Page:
Beginning in the late 1700’s, Dix Park was home to one of Wake County’s largest plantations—a 5,000 acre farm known as Spring Hill. The antique plantation home still stands on a quiet road near a dark patch of woods. Behind it, the 221 year old grave of Colonel Theophilus Hunter sits weathering away in the shadows of gnarled, ancient oaks—the oldest grave in Wake County. But according to security and students who work inside the house, which is now part of Centennial Campus, Theophilus may not be resting peacefully in his centuries old casket.

According to several reports, some evenings—late after everyone has left the park—the motion sensors inside the house set off alarms. Security guards have verified the motion sensors are detecting someone walking down the stairs and out the back door — as if Theophilus is walking back to his grave.

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The Grave of Theophilus Hunter

According to the N&O, NCSU has released a statement of intention to move Hunter’s grave. The ramifications of moving the oldest grave in Wake County impact Hunter’s family, history itself, and possibly the soul of Theophilus.

NCSU also hopes to “disinterred, removed, and reinterred” the 17 unmarked graves thought to belong to the enslaved persons on the property.

Given that intention, the restless spiritual energy within the Spring Hill House could be Theophilus, but it could also be any unhappy spirit who once lived there.

Paranormal Investigations

Paranormal investigators have visited to determine if there is any truth to the legend. Photos show several orbs of light hovering the Hunter gravesite, and security guards confess to have responded to several alarms of the motion sensors going off. One guard also claimed to see lights in the windows after 3am, long after everyone has gone home.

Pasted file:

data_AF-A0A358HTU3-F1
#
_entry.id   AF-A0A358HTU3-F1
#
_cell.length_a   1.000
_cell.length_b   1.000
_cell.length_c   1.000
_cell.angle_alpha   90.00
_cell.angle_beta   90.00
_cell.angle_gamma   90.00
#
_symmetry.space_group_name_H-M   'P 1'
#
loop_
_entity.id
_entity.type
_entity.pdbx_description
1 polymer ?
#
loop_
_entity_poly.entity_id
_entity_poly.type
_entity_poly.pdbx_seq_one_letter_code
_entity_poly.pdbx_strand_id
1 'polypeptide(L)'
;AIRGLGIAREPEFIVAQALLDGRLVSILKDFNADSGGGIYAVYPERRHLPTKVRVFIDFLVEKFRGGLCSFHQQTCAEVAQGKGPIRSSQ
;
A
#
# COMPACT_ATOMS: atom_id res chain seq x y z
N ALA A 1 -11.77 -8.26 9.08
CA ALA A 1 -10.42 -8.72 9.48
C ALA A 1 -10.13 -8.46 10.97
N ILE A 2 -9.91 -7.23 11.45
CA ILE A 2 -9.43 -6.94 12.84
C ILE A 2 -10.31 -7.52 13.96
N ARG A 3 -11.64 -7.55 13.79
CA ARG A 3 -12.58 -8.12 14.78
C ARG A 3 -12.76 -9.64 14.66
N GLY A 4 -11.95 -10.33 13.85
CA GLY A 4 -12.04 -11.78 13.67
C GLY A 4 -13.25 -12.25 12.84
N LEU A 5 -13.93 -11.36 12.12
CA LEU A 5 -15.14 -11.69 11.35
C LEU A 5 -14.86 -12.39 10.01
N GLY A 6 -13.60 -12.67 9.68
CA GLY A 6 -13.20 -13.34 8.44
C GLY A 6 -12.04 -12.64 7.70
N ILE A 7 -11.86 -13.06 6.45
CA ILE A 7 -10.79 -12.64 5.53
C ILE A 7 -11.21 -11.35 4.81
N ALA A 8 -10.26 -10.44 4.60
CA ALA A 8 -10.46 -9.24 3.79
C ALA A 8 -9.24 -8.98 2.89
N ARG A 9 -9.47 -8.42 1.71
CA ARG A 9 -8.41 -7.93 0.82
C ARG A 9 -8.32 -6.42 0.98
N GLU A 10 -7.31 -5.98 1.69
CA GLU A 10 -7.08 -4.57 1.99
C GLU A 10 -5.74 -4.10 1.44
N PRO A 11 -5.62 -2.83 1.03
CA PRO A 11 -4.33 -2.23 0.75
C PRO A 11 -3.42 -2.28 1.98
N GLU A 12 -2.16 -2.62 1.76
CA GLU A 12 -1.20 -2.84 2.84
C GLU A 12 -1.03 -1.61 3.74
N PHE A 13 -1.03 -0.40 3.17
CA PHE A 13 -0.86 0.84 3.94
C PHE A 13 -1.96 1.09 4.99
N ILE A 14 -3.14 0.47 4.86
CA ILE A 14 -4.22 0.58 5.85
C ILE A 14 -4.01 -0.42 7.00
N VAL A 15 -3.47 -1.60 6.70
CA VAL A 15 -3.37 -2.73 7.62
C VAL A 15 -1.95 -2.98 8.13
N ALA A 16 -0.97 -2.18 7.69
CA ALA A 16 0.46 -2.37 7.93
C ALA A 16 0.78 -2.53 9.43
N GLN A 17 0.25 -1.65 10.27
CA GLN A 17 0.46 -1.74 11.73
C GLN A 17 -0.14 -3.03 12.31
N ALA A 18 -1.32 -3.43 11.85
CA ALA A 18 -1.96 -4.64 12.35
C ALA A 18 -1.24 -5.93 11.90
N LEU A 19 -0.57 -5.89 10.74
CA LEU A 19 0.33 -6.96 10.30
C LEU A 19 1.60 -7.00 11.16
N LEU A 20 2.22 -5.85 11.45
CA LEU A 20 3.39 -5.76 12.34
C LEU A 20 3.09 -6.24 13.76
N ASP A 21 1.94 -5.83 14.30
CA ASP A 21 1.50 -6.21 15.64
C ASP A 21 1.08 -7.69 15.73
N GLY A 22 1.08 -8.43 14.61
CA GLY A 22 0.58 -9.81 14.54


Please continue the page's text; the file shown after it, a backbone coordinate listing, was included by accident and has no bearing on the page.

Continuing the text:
The old oak sitting in front of the house has a human-sized bulge growing like a tumor out the side, calling to mind old legends about trees growing gnarls and lumps after pulling souls from the earth. Walking near the old plantation house at dusk evokes a chill having nothing to do with the crisp Autumn air — it’s the chill of knowing you are walking over unmarked, unnamed graves on a land that once enslaved hundreds of humans. Add in the unmarked plots where forgotten orphans were buried and the nameless Jane Doe’s left behind at Dorothea Dix Hospital, and it seems an area ripe for ghostly legends and haunted tales.

Join a Real Paranormal Investigation

If you love history and ghost stories, check out our new Haunted History: Paranormal Investigation! We’ll visit Raleigh’s spookiest historic places and learn Raleigh’s haunted legends. Guests get to use real ghost hunting gear and get off the trolley to see one haunted place up-close for a real paranormal investigation!

If you prefer a more light-hearted tour, with lots of beer, jokes, and scary stories, check out our Laugh Yourself to Death Tour!

Raleigh’s Heck-Andrews House

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HAUNTED MANSION IN DOWNTOWN: Built in 1870, the Heck-Andrews House was one of the first houses built in Raleigh in the aftermath of the Civil War. This Second-Empire style mansion, featuring a unique spiral staircase curling into a tower with a trap door, once held a bustling Raleigh family with 13 children.

However, by the 1980’s it had dwindled down to just one tenant — a bag-lady who would often be seen rolling her cart up and down Blount Street, collecting “treasures.”